Rowden pointed out that the legislature has until September to renew the FRA, which means there’s plenty of time to hash out disagreements. But Sen. Bob Onder stressed that taking the issue up in a special session won’t make the demands of some of his colleagues disappear.

“I think that given the Missouri Supreme Court has said that we cannot protect innocent human life by defunding Planned Parenthood in our budget, it’s a perfect opportunity in a FRA special session,” said Onder, R-Lake Saint Louis.

Senate Majority Leader Caleb Rowden, R-Columbia, listens during a press conference on May 14, 2021.
Daniel Shular
Special to St. Louis Public Radio
Senate Majority Leader Caleb Rowden, R-Columbia, listens during a press conference Friday.

Longstanding priorities completed

The acrimony overshadowed what was arguably the most productive legislative session in recent memory.

On Friday, lawmakers finished work on bills eliminating a tuition cap for state higher education institutions and a requirement for some online retailers to pay sales taxes. That bill would pair those taxes with income tax cuts that would be dependent on revenue the state brings in.

State Rep. Steve Butz, D-St. Louis, said while he wasn’t completely enamored with the bill, he was happy that lawmakers included an earned income tax credit in the final product.

“We had to have a level playing field for them,” Butz said, referring to brick-and-mortar retailers.

Before Friday, lawmakers ended up passing the first gas tax increase in decades and establishing a statewide prescription drug monitoring program to fight opioid abuse. Republicans managed to pass a tax credit to drum up money for K-12 scholarships, limits to COVID-19-related lawsuits and a measure seeking to counteract federal gun laws — two proposals that GOP legislators failed to pass in numerous prior sessions.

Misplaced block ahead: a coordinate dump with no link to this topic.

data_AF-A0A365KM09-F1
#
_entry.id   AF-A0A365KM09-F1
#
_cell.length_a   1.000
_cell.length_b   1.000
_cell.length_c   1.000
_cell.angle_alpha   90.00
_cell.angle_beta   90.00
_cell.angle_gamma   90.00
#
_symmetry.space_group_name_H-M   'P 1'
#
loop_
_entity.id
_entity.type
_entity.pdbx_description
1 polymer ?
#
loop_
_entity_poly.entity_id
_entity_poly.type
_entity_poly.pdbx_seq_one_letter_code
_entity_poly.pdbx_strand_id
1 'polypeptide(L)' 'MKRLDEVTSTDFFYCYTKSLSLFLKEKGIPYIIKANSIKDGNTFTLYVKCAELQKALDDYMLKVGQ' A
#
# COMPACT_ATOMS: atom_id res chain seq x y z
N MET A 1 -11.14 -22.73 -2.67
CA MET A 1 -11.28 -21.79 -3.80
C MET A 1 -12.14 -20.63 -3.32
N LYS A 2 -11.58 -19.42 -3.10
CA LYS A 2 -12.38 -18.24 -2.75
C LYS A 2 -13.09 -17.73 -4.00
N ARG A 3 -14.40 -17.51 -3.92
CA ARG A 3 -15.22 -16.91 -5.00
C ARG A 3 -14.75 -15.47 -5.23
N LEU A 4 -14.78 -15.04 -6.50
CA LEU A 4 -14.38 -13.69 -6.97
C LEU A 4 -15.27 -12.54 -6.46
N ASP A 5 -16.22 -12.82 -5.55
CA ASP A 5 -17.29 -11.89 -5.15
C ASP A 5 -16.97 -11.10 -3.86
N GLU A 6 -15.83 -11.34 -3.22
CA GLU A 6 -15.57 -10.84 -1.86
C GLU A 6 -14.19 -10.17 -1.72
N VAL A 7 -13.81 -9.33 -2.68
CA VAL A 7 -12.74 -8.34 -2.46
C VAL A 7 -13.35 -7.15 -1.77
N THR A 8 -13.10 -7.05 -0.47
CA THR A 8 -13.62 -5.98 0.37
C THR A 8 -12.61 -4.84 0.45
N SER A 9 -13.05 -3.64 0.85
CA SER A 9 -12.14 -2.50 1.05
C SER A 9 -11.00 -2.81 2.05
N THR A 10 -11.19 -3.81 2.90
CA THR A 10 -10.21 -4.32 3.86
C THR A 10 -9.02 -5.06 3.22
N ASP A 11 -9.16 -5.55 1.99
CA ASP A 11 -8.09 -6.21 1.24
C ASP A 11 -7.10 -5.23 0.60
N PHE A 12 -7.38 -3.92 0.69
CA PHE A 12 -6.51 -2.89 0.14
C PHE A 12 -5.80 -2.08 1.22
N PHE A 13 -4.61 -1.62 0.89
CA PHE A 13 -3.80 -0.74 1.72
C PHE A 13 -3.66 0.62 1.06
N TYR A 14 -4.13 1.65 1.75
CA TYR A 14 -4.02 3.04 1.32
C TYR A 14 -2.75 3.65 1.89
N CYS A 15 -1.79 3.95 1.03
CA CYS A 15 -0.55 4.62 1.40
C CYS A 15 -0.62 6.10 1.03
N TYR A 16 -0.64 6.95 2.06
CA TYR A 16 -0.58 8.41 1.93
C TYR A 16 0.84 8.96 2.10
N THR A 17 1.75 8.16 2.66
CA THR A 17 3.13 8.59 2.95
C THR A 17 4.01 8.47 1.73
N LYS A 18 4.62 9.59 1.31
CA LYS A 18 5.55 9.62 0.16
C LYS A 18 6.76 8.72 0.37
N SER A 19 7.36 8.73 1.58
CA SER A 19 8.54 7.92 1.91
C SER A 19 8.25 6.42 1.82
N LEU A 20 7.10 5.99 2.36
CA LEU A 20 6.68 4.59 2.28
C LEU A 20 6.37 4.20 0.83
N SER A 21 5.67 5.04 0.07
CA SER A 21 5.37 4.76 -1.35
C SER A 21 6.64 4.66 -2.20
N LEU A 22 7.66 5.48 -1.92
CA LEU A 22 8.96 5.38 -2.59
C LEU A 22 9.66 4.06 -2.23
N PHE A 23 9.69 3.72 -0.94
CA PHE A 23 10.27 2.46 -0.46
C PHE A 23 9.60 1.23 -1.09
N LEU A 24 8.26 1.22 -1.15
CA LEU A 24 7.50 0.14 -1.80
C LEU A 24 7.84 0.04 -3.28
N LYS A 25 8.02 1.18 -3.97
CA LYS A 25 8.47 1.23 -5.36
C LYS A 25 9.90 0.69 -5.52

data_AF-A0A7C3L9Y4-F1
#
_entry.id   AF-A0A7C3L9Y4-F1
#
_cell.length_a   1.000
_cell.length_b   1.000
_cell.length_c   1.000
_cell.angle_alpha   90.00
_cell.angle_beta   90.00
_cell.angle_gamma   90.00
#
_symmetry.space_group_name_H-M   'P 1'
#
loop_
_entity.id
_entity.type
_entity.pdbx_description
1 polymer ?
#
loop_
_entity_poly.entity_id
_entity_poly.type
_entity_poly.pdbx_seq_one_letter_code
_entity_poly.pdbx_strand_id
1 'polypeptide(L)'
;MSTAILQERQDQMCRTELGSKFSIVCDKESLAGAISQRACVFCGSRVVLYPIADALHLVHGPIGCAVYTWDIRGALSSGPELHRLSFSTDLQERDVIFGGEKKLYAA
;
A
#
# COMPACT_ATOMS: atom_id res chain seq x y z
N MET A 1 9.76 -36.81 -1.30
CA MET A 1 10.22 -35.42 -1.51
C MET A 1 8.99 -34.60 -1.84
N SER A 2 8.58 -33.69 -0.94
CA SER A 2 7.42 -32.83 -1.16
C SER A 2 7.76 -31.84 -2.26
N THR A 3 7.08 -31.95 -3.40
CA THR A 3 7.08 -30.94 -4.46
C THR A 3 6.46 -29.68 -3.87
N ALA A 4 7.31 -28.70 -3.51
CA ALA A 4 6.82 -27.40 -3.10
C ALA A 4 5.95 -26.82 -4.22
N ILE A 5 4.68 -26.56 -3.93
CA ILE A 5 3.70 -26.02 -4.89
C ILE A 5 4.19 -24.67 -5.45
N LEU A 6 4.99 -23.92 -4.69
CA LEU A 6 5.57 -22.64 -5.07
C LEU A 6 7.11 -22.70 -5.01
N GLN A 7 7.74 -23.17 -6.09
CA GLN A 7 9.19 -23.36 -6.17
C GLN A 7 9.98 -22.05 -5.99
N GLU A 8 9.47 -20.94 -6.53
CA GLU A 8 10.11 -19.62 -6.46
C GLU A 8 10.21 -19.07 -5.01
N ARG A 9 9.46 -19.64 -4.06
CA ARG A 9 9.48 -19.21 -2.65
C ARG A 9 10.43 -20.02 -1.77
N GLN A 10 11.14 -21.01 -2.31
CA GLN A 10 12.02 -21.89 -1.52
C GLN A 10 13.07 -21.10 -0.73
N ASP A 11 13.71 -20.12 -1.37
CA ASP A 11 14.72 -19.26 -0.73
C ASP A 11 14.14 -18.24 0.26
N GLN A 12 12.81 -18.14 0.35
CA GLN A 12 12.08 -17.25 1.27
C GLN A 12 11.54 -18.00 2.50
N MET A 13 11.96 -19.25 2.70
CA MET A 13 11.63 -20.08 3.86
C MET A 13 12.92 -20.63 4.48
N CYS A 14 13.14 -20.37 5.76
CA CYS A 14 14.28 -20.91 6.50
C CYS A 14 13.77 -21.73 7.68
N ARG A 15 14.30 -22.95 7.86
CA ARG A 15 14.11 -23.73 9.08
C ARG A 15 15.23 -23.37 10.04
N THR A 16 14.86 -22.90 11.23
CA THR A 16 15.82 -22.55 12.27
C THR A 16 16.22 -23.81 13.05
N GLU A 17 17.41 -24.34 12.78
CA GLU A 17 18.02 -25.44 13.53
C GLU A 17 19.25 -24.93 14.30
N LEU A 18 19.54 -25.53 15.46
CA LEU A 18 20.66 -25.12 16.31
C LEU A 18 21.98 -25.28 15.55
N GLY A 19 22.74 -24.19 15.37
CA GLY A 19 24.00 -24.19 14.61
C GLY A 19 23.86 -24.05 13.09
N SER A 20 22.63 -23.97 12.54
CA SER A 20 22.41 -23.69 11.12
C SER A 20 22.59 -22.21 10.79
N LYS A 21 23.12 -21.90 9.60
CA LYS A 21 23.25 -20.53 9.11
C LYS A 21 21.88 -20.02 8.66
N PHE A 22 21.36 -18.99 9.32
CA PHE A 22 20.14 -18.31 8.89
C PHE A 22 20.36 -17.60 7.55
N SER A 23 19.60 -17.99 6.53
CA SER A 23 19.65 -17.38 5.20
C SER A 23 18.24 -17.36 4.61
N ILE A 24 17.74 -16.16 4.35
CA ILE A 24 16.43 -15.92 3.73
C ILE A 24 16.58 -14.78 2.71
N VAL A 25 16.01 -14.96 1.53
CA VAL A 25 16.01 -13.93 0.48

“We stood boldly before this body hoping that we would rise to meet the challenges that were before us and deliver meaningful results that make Missourians’ lives better for all families, children and small business,” said Senate President Pro Tem Dave Schatz, R-Sullivan. “We can proudly say Missouri Republicans delivered on that promise.”

Deeply outnumbered Democrats also managed to get some of their priorities across the finish line, especially when they teamed up with Republicans. Legislation putting curbs on seclusion and restraint of children, a priority for Democratic Rep. Ian Mackey, D-Richmond Heights, and Republican Rep. Dottie Bailey, R-Eureka, was included in a wide-ranging bill aimed at helping children. And Democratic Rep. Keri Ingle, D-Lee’s Summit, and GOP Rep. Rudy Viet, R-Wardsville, pushed an oversight bill applying to residential care facilities to Parson’s desk.

Sen. Brian Williams, D-University City, ushered in some of the most comprehensive police accountability measures, such as the creation of a use-of-force database, since Michael Brown’s death in Ferguson.

“We’re doing things that are important in terms of building the relationship with law enforcement,” Williams said.

Rep. Justin Hill, R-St. Charles County, stands during debate on the last day of the 2021 legislative session on May 14, 2021.
Daniel Shular
Daniel Shular
Rep. Justin Hill, R-St. Charles County, stands during debate on the last day of the 2021 legislative session on Friday.

Gun and COVID-19 liability bills pass near the end

Lawmakers at the last minute also sent Parson a measure that limits COVID-19 lawsuits against businesses, churches, manufacturers and health care facilities like nursing homes. Plaintiffs would have to prove that an entity “engaged in recklessness or willful misconduct that caused an actual exposure to COVID-19.”

Proponents called the measure necessary to protect businesses from going under due to an onslaught of COVID lawsuits. But opponents like Rep. Ashley Aune, D-Kansas City, said it will have negative consequences on long-term care facilities and nursing homes.